From The Pueblo Chieftain (Chris Woodka):
While its purpose is to find ways to fill the municipal water gap, the Arkansas Basin Roundtable wants to elevate the importance of agriculture. That was apparent in several actions at its monthly meeting this week.
The most obvious was the adoption of a statement proposed by Reeves Brown, a Beulah rancher and board member of the Lower Arkansas Valley Water Conservancy District, that stresses the irrigated agriculture to tourism, food production, recreation, environment, general well-being and the economy.
The roundtable also selected a rural advocate rather than a water utilities manager for a vacancy on its executive committee.
Finally, it demanded more details from El Paso County interests seeking a state grant to determine if it would ultimately encourage more dry-up of agriculture.
“I would like to give my thanks to the roundtable for supporting agriculture. This is an important issue,” Brown said.
Support came without objection after Gary Barber, a consultant who chaired the roundtable until becoming a consultant for it, detailed years of projects that aimed at reducing buy-and-dry of farmland for municipal supply.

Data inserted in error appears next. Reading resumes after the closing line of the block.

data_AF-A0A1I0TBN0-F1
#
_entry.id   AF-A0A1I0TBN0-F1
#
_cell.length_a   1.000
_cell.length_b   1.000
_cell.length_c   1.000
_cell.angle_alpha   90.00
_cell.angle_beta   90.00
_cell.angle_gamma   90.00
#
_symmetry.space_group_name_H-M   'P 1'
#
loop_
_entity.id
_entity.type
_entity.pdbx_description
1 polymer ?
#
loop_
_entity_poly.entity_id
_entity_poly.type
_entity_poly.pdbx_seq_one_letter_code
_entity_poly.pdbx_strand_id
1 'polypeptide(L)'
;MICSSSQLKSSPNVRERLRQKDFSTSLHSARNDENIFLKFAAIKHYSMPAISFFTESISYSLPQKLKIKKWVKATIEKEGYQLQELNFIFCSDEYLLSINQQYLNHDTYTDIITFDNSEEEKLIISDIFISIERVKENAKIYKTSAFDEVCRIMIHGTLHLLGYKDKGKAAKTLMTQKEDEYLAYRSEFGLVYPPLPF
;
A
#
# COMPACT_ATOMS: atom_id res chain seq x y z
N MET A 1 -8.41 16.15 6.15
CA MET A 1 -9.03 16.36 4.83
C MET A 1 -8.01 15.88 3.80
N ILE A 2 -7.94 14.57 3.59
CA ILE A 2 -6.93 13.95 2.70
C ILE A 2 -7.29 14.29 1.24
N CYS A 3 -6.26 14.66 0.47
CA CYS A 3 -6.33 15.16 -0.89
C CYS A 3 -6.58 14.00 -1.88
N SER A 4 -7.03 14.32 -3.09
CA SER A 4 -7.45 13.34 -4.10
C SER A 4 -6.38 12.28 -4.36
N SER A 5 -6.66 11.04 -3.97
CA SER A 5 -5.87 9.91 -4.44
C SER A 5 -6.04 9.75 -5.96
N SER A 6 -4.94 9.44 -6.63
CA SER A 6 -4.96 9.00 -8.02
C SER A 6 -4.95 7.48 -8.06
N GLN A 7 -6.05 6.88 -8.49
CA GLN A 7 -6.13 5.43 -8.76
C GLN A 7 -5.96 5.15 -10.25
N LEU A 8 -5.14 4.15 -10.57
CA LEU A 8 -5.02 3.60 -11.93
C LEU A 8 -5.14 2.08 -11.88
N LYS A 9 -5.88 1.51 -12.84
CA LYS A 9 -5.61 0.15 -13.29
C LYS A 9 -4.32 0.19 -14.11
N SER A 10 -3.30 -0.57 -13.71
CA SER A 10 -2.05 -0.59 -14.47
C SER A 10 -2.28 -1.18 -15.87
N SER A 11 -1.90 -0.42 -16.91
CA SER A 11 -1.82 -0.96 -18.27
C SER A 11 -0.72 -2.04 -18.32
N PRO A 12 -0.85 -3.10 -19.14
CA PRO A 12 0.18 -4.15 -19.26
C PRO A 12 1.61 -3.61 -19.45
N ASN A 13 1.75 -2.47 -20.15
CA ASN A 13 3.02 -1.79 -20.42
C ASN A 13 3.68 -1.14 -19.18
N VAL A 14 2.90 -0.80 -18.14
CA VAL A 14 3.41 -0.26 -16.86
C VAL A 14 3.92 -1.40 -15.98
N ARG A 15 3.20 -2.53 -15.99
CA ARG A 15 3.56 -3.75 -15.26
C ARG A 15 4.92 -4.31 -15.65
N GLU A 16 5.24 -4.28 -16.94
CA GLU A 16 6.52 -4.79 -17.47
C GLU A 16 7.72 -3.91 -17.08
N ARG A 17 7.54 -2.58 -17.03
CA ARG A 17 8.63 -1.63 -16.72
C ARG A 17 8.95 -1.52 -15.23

Some of those projects included : A 2005 Colorado State University study that assigned per-acre economic value for farm crops.
A 2008 template for community considerations developed by roundtable members.
An economic report that pegged farm losses from the 2011 drought at $100 million in the Arkansas Valley. That was followed in 2012 by a roundtable project that estimated the value of agriculture in the valley at $1.5 billion.
A 2013 workshop hosted by the roundtable that brought national speakers to discuss how ag water is valued.
The roundtable selected Sandy White, who touted his upbringing on a Wyoming Ranch and his desire to preserve agriculture, for vice president over Brett Gracely, water resources manager for Colorado Springs Utilities. The vote was not close, 26-5.
More IBCC — basin roundtables coverage here.